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Youth Community Informatics: How Young People Use New Media for Community Action and Personal Growth

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Title: Youth Community Informatics: How Young People Use New Media for Community Action and Personal Growth
Author: Bruce, Bertram
Subject Keywords SLAIS, IKBLC, affordances, new media
Issue Date: 2012-04
Publicly Available in cIRcle 2012-05-07
Abstract: Webcast sponsored by Irving K. Barber Learning Centre and hosted by SLAIS. Bertram (Chip) Bruce is a Professor Emeritus in Library & Information Science at the University of Illinois at Urbana-Champaign. In our Youth Community Informatics project <http://yci.illinois.edu/>, university students and faculty work with diverse underserved communities to help young people learn about new technologies and develop academic potential through self expression and community building. Participants engage in inquiry units such as video documentaries, community journalism, oral history, multimedia and podcasting, GIS/GPS, protest songs, asset mapping, and setting up community technology center. The activities occur in schools, but also in after-school programs, boys and girls clubs, libraries, museums, and community centers. This presentation covers the background in pragmatism, the inquiry-based activities, the experiences to date, international partnerships, and what we've learned. Chip Bruce's research goals include contributing to a conception of democratic education, meaning both the development of critical, socially-engaged citizens and of learning environments (formal and informal learning centers, home and work, and online), which are themselves democratic. Aspects of this work include research on community inquiry through collaborative community-based work, inquiry-based learning, drawing especially upon scholarship of the American pragmatists and the history of Progressive Education, and technology-enhanced learning, including research on the affordances and constraints of new media for learning.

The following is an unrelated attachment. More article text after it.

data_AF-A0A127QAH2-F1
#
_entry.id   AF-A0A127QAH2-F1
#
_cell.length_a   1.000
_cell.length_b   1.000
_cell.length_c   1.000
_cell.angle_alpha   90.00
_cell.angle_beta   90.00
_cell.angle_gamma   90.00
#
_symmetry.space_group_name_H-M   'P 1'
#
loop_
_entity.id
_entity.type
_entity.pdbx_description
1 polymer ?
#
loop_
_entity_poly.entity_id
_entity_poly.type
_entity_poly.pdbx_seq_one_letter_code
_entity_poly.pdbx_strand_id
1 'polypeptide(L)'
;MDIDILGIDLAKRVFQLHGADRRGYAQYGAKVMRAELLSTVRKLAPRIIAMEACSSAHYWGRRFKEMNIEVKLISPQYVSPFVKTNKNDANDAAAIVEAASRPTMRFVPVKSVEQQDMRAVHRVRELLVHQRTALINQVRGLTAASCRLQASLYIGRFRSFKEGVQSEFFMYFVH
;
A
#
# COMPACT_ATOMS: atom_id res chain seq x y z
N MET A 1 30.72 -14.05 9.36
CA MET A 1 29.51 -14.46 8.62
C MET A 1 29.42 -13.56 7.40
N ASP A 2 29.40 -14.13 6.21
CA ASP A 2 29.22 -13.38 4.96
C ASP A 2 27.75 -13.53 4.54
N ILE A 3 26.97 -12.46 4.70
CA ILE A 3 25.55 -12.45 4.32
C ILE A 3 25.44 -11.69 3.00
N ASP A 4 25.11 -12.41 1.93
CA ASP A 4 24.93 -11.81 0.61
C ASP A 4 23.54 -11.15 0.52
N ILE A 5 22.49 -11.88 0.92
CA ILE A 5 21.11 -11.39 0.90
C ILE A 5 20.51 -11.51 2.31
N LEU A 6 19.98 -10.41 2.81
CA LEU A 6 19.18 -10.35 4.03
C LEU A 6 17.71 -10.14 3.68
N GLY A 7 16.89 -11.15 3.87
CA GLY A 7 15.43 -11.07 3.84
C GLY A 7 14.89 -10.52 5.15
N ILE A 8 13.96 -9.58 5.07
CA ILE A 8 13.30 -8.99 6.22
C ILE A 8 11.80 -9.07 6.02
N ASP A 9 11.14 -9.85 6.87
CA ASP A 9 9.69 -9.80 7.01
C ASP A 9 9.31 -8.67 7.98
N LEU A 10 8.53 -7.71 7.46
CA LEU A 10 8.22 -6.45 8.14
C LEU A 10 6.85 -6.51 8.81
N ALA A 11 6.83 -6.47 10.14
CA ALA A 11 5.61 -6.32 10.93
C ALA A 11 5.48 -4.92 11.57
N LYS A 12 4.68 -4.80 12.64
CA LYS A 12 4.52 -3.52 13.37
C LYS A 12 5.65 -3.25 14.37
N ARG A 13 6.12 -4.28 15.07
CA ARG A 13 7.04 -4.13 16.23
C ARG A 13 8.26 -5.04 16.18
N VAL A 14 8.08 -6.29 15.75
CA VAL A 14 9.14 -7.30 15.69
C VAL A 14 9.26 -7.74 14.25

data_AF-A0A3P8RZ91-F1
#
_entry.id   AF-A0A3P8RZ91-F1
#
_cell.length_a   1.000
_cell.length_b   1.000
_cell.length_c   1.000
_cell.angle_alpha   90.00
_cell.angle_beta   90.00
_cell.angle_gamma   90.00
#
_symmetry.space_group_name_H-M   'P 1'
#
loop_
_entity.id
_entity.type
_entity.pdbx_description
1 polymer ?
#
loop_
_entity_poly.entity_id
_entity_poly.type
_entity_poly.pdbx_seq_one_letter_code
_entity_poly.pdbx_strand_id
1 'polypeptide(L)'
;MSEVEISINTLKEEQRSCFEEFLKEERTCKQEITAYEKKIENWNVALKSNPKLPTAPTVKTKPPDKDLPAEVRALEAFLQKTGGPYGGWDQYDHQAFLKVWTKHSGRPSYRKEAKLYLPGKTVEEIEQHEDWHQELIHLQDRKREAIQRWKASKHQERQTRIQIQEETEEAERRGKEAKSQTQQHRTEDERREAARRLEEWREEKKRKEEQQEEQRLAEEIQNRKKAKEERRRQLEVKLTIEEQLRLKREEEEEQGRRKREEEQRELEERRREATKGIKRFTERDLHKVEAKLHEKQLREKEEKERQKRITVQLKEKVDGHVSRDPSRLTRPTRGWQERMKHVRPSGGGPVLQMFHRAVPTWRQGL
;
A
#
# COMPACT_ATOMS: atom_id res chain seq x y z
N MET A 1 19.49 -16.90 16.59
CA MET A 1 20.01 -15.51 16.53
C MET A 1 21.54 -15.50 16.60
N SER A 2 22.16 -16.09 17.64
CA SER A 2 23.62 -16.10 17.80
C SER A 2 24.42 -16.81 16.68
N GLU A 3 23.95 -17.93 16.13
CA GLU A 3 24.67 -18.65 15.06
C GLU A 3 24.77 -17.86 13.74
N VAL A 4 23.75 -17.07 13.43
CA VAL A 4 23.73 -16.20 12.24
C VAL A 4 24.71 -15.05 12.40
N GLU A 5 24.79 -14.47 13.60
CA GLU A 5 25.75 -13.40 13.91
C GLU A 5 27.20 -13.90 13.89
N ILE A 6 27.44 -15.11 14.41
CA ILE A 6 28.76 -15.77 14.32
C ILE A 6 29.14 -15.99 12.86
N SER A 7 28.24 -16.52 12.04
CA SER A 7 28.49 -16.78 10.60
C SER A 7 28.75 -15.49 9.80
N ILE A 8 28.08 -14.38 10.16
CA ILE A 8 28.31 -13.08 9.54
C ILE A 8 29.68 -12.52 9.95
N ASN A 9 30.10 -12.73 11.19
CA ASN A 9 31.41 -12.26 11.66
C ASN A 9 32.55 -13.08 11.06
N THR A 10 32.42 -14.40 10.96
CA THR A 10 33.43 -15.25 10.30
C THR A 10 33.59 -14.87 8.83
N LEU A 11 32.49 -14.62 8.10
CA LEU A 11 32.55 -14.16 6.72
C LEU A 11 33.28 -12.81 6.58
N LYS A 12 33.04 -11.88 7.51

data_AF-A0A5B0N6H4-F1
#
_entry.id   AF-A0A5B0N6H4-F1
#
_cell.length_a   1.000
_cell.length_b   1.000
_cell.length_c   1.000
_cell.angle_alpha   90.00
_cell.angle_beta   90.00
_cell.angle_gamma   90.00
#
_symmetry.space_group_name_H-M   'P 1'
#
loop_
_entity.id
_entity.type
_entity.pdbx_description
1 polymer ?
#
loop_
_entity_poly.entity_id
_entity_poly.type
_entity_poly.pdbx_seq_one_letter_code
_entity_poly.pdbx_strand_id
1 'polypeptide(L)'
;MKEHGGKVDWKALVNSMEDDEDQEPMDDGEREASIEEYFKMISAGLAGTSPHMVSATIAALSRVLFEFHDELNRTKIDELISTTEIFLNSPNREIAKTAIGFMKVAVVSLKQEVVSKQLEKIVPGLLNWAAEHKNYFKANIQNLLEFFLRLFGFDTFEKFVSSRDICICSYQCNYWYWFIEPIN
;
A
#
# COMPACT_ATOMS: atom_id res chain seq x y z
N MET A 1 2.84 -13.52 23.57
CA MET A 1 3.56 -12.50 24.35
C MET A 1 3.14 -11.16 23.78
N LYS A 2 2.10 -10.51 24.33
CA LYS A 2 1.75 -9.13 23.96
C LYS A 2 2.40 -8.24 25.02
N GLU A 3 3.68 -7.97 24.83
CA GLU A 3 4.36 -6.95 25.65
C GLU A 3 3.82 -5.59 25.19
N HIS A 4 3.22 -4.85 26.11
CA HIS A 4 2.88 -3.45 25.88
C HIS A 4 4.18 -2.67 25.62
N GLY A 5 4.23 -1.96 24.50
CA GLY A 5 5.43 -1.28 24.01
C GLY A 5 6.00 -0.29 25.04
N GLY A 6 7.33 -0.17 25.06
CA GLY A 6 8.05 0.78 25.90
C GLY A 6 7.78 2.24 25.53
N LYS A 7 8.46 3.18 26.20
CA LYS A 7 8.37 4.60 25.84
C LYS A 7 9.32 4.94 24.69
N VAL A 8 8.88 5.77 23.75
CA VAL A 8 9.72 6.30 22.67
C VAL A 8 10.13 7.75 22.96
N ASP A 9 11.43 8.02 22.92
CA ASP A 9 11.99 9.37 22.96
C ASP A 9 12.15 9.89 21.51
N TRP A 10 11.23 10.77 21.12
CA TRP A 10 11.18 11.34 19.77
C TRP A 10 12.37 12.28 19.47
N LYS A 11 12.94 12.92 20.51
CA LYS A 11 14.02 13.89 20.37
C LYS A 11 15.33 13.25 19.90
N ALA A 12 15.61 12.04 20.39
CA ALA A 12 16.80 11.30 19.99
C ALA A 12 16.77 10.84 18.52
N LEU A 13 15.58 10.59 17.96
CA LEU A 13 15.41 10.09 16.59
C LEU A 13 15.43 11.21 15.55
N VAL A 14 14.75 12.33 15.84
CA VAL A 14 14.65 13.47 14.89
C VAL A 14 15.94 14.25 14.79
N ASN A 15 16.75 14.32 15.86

Affiliation: Library, Archival and Information Studies (SLAIS), School of
URI: http://hdl.handle.net/2429/42306
Peer Review Status: Unreviewed
Scholarly Level: Faculty

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